The crash in oil price has highlighted its extreme volatility, and raises questions as to whether the global economy should be underpinned by a single commodity (or any commodity for that matter). In our opinion, it would be much better to build a sustainable green economy that relies on multiple diverse technologies and industry sectors working together, mitigating the risk of any one industry crashing.


The future of work

Due to the lockdown, remote working is now a normal practice for many businesses. While we don’t think the workforce will go fully remote post-lockdown, we think flexibility will be encouraged. The coronavirus lockdown has shown that you just don’t need to be face-to-face to do business. Travelling for meetings creates unnecessary time burdens and C02 miles.

A study by Regus suggests that working closer to our homes could save 7.8 million tonnes of C02 per year by 2030, and save 115 million hours of commuting time. Plus, employees that can work flexibly are happier, healthier, and more productive.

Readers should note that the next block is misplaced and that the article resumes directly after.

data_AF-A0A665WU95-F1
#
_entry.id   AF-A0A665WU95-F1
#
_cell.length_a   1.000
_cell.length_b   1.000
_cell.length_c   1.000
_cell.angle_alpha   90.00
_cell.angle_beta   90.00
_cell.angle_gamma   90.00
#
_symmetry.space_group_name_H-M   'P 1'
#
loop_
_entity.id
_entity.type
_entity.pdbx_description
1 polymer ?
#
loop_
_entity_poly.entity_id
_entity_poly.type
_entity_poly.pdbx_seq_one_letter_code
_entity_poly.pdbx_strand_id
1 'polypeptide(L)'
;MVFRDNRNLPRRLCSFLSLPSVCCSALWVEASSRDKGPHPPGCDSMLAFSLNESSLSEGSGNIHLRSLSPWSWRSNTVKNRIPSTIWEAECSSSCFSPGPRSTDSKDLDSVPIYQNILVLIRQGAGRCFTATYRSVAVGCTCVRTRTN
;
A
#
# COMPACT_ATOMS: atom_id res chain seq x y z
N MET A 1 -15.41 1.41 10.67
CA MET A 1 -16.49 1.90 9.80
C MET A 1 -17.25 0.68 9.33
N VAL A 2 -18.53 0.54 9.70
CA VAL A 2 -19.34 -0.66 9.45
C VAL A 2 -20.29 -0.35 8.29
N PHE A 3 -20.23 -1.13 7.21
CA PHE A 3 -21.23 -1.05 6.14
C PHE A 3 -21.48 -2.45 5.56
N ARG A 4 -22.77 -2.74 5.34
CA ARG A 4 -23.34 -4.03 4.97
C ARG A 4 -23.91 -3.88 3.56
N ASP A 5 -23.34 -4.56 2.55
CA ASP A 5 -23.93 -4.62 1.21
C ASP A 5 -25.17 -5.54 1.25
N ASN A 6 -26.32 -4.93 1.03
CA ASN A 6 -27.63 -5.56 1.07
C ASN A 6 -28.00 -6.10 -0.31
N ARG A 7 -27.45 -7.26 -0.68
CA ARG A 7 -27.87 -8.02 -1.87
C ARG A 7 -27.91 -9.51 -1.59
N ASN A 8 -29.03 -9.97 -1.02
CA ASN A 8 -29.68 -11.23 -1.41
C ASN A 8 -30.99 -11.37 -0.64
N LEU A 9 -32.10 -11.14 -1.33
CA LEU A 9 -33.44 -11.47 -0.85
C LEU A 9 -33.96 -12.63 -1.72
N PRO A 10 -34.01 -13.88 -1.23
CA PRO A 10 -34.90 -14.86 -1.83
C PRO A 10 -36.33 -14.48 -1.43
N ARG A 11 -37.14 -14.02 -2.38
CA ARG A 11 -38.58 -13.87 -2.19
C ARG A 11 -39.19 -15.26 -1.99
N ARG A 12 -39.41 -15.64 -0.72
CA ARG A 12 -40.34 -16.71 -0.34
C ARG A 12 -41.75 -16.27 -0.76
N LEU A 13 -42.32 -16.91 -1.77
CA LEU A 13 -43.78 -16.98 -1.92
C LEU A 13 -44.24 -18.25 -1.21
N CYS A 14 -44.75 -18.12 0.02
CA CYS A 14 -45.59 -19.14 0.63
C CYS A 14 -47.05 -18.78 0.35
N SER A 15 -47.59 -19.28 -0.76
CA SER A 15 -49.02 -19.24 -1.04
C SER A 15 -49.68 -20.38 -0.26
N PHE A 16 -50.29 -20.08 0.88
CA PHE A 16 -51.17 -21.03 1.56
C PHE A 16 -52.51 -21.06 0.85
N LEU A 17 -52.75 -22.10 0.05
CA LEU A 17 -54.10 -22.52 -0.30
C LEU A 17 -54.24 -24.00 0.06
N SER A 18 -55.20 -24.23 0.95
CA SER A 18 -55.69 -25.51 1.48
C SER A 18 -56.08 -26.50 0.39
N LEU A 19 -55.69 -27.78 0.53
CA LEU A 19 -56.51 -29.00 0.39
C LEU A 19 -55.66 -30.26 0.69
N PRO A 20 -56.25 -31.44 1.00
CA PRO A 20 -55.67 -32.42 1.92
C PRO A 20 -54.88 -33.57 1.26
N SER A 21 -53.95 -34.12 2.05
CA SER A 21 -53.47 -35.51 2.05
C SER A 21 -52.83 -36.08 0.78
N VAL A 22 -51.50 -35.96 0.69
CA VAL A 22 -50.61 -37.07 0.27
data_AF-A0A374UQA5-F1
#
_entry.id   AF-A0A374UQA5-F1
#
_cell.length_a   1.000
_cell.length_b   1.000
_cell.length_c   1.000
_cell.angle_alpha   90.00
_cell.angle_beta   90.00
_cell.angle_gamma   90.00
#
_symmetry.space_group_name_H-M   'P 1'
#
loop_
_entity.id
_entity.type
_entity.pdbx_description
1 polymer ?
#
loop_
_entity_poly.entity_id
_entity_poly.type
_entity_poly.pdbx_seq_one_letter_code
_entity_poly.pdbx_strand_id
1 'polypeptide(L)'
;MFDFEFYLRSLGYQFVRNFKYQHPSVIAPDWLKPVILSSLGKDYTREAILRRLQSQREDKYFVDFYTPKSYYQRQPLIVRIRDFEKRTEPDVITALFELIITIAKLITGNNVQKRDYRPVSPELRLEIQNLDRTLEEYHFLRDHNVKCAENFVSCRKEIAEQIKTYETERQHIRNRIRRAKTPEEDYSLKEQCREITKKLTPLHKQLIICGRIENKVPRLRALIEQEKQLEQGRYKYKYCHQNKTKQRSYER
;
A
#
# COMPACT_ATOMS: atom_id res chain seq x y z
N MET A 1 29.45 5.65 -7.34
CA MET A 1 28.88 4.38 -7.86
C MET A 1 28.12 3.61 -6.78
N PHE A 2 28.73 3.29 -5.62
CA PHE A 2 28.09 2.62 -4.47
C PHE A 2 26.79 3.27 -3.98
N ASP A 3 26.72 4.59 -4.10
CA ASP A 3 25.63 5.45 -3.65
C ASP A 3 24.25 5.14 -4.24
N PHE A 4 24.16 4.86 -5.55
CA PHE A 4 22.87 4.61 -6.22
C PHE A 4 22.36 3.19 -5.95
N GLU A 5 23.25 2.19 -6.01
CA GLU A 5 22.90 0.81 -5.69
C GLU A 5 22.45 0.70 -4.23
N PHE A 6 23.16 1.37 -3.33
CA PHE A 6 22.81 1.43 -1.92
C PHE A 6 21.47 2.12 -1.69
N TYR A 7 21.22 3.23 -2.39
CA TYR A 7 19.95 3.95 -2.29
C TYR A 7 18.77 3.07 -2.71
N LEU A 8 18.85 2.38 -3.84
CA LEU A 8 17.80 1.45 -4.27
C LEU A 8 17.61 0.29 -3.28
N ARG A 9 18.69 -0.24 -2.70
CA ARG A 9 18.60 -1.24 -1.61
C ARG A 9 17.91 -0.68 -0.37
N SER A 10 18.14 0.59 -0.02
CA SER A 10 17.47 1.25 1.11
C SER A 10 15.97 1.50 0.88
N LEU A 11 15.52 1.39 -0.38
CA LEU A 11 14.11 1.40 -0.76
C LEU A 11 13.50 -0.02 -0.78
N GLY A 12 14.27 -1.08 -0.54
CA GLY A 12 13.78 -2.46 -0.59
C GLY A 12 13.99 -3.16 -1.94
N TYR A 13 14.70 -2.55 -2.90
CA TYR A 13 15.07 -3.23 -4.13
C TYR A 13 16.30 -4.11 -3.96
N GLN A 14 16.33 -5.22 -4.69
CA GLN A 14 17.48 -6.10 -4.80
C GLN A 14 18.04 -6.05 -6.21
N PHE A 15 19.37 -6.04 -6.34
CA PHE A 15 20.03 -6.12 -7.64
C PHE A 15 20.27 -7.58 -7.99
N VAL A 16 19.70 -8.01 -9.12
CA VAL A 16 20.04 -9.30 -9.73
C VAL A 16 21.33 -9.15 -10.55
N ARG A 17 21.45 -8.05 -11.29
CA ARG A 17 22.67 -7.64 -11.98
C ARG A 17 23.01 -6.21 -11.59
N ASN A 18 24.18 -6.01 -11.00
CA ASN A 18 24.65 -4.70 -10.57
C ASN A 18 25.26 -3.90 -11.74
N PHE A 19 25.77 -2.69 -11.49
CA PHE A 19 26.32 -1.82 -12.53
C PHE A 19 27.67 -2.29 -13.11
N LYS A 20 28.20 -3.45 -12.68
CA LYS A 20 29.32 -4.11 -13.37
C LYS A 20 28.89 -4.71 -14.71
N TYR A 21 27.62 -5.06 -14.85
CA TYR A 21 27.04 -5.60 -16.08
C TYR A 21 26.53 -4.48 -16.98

This embrace of remote work will continue across sectors. The Guardian predicts GP surgeries will continue to offer remote appointments after coronavirus, but why stop there? Perhaps your next appointment with your solicitor, accountant, or bank will be a virtual one.


Food and shopping

With the government advising to only buy essentials, shoppers are forced to consider what the essentials actually are. With most high street stores closed, people can’t pop to the shops for a bit of retail therapy. Good news, since the UK’s obsession with throwaway ‘fast fashion’ usually costs 50 tonnes of C02 every minute. However, old habits die hard; March 2020 saw a 74% increase in online shopping, as people purchase items to keep themselves entertained in lockdown.